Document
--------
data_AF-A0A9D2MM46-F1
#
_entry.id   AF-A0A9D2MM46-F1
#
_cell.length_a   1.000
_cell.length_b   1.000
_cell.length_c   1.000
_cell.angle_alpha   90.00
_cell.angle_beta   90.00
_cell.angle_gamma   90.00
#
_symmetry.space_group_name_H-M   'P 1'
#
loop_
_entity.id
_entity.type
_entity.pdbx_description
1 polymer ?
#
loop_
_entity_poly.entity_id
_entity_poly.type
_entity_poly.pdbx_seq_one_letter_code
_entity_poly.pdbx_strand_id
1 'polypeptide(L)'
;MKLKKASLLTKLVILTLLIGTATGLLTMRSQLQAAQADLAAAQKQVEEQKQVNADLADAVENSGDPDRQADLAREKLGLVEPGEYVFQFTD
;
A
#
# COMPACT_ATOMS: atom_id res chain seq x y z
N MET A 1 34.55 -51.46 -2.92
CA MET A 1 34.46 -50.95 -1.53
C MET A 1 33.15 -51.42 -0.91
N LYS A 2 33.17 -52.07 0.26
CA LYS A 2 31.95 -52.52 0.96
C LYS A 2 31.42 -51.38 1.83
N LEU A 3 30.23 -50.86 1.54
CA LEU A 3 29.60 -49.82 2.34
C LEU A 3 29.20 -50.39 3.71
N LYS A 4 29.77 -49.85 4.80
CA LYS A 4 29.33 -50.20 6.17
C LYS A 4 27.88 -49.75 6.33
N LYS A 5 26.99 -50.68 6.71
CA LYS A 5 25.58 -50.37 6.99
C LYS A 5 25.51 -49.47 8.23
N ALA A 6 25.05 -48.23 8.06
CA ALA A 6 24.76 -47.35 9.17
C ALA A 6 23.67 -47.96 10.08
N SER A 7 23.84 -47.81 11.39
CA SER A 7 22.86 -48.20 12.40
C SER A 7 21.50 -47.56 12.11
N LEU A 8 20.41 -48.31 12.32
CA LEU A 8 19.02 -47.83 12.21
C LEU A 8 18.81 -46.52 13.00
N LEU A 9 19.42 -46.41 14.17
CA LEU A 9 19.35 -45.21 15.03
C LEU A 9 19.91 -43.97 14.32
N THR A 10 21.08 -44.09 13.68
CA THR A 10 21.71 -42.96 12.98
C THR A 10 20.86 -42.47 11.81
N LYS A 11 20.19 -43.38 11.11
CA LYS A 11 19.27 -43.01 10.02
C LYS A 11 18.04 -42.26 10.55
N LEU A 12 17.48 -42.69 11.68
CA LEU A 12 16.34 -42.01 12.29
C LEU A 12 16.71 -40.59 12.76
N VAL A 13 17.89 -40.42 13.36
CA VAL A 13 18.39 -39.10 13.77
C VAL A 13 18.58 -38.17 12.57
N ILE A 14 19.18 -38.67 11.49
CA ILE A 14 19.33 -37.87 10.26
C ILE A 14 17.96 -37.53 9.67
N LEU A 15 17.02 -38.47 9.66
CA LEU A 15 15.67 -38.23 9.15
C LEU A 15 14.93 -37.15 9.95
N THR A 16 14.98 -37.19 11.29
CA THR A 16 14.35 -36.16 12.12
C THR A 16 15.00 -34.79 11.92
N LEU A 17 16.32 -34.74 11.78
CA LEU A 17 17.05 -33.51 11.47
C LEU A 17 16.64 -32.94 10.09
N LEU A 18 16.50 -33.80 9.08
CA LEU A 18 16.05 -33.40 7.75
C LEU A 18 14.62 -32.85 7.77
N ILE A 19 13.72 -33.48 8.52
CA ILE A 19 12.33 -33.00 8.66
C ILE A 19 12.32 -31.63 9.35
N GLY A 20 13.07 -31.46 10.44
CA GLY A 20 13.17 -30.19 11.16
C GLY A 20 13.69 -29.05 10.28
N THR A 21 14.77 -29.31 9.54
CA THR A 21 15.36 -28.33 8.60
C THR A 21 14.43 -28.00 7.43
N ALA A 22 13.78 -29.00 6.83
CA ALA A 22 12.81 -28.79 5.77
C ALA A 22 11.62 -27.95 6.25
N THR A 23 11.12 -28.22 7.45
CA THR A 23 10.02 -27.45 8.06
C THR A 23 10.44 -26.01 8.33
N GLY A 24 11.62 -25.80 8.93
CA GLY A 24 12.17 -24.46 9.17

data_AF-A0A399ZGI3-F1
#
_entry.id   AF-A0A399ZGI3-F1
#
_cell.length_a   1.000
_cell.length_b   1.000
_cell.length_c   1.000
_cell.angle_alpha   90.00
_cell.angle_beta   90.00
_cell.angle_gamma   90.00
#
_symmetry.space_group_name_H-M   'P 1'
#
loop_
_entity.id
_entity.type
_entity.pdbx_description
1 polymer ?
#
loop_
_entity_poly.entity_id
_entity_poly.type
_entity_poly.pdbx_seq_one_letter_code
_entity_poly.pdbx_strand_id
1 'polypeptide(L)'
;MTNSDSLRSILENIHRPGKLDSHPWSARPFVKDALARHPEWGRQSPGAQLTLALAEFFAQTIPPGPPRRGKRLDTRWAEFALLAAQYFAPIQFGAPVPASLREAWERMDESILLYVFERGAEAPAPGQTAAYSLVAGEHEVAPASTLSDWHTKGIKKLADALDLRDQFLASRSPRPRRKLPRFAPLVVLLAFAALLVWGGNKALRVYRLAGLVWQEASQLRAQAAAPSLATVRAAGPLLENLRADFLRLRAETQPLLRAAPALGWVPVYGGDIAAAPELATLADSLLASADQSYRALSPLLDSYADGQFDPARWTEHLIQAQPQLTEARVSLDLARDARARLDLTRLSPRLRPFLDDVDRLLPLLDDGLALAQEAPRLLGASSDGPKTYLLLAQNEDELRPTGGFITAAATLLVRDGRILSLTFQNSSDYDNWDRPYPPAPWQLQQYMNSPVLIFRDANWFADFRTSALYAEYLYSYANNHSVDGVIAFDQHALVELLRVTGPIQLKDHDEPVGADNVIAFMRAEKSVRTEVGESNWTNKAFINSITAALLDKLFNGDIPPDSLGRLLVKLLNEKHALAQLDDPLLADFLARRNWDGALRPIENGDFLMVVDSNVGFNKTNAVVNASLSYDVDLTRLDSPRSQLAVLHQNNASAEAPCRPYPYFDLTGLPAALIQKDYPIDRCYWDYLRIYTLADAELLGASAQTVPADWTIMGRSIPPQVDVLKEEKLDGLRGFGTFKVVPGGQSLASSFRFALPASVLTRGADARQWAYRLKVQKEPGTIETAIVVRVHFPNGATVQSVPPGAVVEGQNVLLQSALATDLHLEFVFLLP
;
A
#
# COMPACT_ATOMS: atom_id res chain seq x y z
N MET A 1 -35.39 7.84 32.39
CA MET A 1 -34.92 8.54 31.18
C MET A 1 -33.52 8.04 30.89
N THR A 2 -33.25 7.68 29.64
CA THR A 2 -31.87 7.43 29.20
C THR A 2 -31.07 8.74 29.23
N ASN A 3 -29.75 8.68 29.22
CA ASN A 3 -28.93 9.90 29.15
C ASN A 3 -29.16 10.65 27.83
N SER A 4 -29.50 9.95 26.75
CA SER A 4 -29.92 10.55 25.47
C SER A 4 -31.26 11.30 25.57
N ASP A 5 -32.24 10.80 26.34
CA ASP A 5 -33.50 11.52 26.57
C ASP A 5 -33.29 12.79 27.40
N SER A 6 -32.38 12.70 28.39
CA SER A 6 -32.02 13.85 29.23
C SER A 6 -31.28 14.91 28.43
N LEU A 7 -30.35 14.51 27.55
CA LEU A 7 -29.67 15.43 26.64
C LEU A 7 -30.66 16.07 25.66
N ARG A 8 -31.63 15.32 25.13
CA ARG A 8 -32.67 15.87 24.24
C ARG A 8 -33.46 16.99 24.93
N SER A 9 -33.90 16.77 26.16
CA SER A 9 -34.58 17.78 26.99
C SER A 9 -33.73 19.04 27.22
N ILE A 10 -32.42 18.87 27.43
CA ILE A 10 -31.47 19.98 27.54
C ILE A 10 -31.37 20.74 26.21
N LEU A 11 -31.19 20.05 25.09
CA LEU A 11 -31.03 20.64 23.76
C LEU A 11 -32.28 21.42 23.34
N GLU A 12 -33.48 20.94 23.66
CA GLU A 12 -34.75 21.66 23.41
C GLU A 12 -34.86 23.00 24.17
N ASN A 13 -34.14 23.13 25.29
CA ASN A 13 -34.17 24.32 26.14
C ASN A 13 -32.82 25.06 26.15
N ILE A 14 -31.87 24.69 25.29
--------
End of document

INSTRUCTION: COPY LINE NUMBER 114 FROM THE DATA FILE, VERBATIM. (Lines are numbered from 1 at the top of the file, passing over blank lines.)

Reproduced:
#